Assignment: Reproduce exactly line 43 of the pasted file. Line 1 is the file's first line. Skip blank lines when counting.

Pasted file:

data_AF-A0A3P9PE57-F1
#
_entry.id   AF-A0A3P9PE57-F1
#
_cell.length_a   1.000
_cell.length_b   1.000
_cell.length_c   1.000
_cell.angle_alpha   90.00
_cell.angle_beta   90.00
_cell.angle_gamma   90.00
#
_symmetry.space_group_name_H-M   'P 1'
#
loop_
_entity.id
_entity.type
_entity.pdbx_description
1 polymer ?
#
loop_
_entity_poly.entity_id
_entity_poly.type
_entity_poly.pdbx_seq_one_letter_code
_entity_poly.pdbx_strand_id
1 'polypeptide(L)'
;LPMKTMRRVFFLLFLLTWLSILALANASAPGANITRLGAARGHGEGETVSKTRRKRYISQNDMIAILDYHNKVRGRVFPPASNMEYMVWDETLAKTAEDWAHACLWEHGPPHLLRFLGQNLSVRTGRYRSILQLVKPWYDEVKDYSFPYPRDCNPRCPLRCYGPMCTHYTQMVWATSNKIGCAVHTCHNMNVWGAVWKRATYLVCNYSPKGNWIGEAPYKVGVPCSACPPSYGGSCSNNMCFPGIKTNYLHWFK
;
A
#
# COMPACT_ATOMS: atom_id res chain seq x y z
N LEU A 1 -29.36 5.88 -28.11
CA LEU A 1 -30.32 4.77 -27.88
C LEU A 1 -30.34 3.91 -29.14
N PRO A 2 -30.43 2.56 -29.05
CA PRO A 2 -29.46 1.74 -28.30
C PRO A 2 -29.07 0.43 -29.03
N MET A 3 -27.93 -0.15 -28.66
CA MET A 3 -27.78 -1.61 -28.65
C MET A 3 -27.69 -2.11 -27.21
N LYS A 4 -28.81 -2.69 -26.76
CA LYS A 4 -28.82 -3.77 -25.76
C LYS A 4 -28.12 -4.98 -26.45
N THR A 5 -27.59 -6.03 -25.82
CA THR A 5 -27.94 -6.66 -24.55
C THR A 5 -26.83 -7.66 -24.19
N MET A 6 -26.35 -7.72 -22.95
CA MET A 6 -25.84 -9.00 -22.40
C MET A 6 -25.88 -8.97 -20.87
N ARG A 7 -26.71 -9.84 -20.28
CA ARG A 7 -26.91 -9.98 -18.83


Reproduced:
N THR A 5 -27.59 -6.03 -25.82